Embedding PCBs In 3D Prints

The folks over at Lunchbox Electronics are working on a very cool prototype: embedding LEDs inside standard 1×1 Lego bricks. Being a prototype, they needed a cheap way to produce Lego bricks stuffed with electronics. It turns out a normal 3D printer has okay-enough resolution, but how to put the electronics in the bricks? Gcode wizardry, of course.

3d-printed-LEGO-w-pcb-thumbThe electronics being stuffed into the bricks isn’t much – just a small PCB with an LED. It does, however, need to get inside the brick. This requires stopping the 3D printer at the right layer, moving the print head out of the way, inserting the PCB, and moving the head back to where it stopped.

Gcode to the rescue. By inserting a few lines into the Gcode of the print, the print can be paused, the print head raised and returned, and the print continued.

If you want to check out what these light up Lego look like, There’s a Kickstarter happening now. It’s exactly what the 80s space sets needed, only thirty years late.

19 thoughts on “Embedding PCBs In 3D Prints

  1. What a great Idea(ie putting lights in lego), hopefully she makes good on this and it does look like her kickstarter will be funded. This can be applied to so many other things and I have been manually pausing, thanks for the link I just didn’t know how to do the gcode pause and didnt want to fiddle for a couple hours with it.

    From the kickstarter video I am not so sure about the STEAM acronym, we should probably leave Art out of the mix and keep it STEM considering the constituents are directly related. Art should just be its own thing altogether than can also incorporate STEM.

    1. Surprisingly yes. It’s not going to be able to do things like the LEGO logo on the top, nor will it fit with the same tolerances of the official bricks either but you can easily get megablocks-like compatibility. It’ll never be perfect but for prototyping a device like this it’d work a treat.

      1. Color me skeptical…. at least for the purposes of this Kickstarter. Is it their intention to print these off and sell them or kickstart a production mold and run them in ABS for sale, sort of like what the Lego Weapon guy does?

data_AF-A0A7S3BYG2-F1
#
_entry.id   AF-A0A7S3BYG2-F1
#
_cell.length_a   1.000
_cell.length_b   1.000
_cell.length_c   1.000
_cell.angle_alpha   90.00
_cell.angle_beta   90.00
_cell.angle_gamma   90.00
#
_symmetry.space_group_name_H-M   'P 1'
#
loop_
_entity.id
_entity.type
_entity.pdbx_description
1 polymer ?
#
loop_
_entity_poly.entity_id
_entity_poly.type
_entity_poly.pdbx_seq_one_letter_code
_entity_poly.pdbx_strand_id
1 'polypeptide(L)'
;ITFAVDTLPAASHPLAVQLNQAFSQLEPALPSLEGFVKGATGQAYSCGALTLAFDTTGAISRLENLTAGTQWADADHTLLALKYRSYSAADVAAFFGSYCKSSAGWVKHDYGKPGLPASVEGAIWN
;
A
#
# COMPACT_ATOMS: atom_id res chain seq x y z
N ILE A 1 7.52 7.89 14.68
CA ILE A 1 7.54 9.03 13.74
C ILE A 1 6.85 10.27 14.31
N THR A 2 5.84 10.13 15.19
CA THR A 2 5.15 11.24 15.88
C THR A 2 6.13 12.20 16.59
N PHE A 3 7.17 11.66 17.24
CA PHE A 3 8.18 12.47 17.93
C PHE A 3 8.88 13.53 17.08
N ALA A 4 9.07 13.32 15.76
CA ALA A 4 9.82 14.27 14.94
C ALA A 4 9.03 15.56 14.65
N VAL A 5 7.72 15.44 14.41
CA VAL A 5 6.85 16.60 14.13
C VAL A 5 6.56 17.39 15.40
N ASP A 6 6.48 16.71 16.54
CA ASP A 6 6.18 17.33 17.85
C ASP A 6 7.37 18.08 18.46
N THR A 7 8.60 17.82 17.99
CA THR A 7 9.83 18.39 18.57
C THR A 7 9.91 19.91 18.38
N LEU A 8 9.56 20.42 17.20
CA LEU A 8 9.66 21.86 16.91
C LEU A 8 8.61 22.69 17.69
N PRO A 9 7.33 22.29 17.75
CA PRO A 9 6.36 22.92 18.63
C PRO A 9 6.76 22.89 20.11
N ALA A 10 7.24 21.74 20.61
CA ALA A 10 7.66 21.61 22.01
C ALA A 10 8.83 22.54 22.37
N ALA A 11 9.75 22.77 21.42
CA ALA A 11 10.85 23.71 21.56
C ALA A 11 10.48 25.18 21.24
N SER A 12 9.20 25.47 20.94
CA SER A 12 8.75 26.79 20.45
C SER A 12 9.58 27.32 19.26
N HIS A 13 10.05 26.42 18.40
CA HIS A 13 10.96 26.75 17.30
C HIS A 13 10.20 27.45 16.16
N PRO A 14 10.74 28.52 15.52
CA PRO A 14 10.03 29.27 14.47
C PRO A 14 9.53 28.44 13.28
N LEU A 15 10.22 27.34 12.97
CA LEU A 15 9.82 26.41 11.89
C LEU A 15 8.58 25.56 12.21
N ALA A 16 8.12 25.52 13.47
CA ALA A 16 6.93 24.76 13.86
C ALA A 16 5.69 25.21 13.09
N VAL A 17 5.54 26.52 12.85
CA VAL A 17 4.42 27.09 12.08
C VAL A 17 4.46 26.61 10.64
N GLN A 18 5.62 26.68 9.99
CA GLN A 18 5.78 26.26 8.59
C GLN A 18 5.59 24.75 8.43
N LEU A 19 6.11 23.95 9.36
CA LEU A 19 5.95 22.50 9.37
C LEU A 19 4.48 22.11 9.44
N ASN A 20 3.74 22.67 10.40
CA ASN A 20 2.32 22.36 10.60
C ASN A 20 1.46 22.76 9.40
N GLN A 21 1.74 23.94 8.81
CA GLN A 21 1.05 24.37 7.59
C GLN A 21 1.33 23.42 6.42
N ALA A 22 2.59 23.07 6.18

1. Yep some of the train models included them. Had one back in the 90s that was like that. I’d assume they have them and use LEDs now but I haven’t played with them in a long time. The one I had came with the bulb embedded in a brick and a light-pipe to bring it out to the front of the train.

  2. Now if we can get those LEGO’s to light up before I walk across the floor barefoot!

    In the article is the comment “use G0 or G1 as it does the same thing” — should be “does the same thing on THIS MACHINE”. My homebuilt CNC router (48″ x 48″), G0 is enough to almost toss a 80# Gantry off the end.
    G0 == RAPID; G1 == Normal pace.

      1. You can’t exactly cheap out too much on diecast molds and 30k doesn’t get you too far with multicavity plastic and metal molds plus fees plus fulfillment. Cool idea but I worry about the numbers if it comes in right at 30k.

  3. This is OLD news. Sailfish/Jetty firmware for Makerbot (over 3 years old), was the first and invented the capability. It’s called Pause @ Z Pos. WeI created it for exactly that function, to embed PCB’s in prints and this came way before Cura or any other of the copy cats and even before Makerbot or Reprap community had thought of it.

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